“Everyday I’m more convinced that the best of life happens in the margins.”
- Jamie Kurtz
Have you ever felt like your life is so full or so busy that you have no margin left to deal with one more thing? If you hear one more piece of bad news, you might explode. Have you been there?
If so, or if you are there now, you have no emotional margin left in your life. Other types of margin in your life involve time, space, and relationships, but let me explain what I mean and why it’s so important.
Margins are that space around the typed page to give your eyes some space to breathe and your mind to process. If the text was crammed to the very edges, it would feel very overwhelming to read just a page or two, let alone an entire book.
It gives you time to think,
and to dream.
It revives your energy.
It allows for the curve balls of life.
It allows for serendipity.
I have been wondering if a potential downside of our driven culture is that we pack our days with so much that we have no margin left to handle anything that comes by unexpectedly. And the trouble with that is life is very unpredictable and things happen constantly that are unexpected.
Often wonderful things, like the day you met that special someone. It wasn’t on your plan for that day, was it? Hmmm, maybe there’s something important to notice about that.
My friend Jamie, who uttered the quote above was talking to a group of software developers and managers in the tech field. What he meant was that innovation, creativity, some of the best of you comes out in the unhurried moments that naturally happen in the margins.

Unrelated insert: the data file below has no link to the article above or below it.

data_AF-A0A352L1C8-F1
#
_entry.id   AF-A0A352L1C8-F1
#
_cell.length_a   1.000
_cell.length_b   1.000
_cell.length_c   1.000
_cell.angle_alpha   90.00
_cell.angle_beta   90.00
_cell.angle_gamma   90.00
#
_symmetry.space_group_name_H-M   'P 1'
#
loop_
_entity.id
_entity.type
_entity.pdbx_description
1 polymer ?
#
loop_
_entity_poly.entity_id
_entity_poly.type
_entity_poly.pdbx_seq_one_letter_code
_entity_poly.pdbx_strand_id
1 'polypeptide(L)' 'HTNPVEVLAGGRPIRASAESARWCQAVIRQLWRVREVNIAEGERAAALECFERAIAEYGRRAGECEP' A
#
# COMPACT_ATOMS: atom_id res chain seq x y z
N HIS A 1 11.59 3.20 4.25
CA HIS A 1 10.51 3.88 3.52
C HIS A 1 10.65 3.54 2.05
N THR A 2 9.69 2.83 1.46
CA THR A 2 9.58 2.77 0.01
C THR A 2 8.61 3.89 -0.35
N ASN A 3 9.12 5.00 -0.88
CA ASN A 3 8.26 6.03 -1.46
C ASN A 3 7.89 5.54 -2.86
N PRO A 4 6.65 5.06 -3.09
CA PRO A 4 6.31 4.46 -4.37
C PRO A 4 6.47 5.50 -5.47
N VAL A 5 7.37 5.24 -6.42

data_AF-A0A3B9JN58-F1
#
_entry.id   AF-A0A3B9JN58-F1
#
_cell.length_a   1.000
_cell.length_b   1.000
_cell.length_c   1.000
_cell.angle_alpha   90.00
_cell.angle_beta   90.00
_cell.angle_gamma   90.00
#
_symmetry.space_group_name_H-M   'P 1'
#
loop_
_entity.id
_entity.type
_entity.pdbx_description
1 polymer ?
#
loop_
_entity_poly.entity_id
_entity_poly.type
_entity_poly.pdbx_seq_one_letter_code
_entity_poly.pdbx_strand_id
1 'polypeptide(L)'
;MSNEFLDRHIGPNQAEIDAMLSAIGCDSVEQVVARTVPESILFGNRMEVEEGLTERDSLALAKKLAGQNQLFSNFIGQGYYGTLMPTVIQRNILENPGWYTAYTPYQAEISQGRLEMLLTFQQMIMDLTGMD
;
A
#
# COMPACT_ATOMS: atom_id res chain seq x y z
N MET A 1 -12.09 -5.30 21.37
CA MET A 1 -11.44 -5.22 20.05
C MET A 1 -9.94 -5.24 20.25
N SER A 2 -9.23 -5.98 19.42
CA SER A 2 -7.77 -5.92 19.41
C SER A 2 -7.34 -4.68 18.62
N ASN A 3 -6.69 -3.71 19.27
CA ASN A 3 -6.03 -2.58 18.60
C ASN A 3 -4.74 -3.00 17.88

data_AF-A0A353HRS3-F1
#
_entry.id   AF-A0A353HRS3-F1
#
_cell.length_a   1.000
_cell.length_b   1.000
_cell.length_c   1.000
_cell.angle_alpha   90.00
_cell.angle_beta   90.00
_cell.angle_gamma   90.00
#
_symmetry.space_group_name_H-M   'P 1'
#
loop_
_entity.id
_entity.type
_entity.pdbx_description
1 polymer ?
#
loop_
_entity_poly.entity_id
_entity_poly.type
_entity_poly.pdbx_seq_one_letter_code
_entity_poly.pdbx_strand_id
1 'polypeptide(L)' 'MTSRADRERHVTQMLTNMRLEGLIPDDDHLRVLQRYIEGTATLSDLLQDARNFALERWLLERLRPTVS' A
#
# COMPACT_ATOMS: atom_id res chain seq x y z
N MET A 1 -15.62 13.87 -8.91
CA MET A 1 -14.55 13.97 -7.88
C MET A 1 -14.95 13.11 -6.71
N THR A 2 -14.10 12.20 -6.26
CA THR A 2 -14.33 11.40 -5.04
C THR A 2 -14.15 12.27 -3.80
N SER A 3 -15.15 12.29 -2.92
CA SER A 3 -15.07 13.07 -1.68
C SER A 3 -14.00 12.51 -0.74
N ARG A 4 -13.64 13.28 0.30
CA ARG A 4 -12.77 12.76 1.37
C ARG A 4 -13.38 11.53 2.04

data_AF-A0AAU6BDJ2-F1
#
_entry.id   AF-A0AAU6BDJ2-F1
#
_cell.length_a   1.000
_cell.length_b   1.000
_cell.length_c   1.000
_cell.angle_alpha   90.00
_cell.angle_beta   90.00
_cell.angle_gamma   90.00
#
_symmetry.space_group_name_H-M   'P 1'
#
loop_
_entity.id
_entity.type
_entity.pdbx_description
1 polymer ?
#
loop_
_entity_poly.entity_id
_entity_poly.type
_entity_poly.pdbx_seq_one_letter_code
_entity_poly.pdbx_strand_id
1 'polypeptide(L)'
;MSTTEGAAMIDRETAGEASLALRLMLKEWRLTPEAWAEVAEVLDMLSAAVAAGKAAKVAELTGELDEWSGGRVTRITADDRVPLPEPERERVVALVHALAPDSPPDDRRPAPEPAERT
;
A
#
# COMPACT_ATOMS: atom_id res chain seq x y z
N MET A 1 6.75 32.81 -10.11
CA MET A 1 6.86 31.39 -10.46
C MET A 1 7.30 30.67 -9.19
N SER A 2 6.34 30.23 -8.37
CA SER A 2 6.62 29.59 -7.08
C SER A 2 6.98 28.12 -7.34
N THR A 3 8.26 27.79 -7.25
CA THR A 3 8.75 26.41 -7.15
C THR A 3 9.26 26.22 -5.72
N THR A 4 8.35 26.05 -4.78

How many stories have you heard of companies and great initiatives starting because two people are hanging out (had margin and space to be creative) and got to talking about an idea (space to dream) and were moved to create something new?
Innovators know this, and love these pregnant moments in the margins. They look expectantly towards them, knowing that great stuff comes from those margins. Businesses know the importance of margins to their viability. They are called profit margins.
So if these margins are important, and great things happen in them, I’m suggesting that you create them and welcome them in your life. Perhaps Jamie is right that the “best of life” happens in them?
I have a bruise on my nose that I’m proud of. I took my kids to the pool the other day. After sunscreen for everyone and sitting down for a bit, I got in and swam with them. Somehow, a water fight ensued. Next thing I know, 7 more neighborhood kids have joined forces with my kids to “get Dad!” Water guns are blasting, noodles are flying, moms on the side of the pool are wondering why I thwacked their kid on the head with a noodle. It was nuts. Someone jumped on my back, forcefully pulling my only protection, my sunglasses, scraping and slightly bruising the bridge of my nose.
I am proud of that bruise and that story because I wasn’t thinking about all the things I need to get done, or about what I “should” be doing with my time. I had some margin in my day, and allowed myself to fully engage with them in the moment. We had fun!
Margin invites fun. Everyone enjoys fun and could use more of it.
If I have convinced you to create more margin in your life, here are a few simple ways you can make it happen, and increase the good stuff of life.
I could go on and on with ideas but this is a good start. If ideas come to mind as you read this, just share one or two in the comment section below. I’d love to hear your thoughts!
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Joel is a husband, father, musician, and lover of life; especially life that is shared with the wealth of amazing friends and family he is blessed to have near.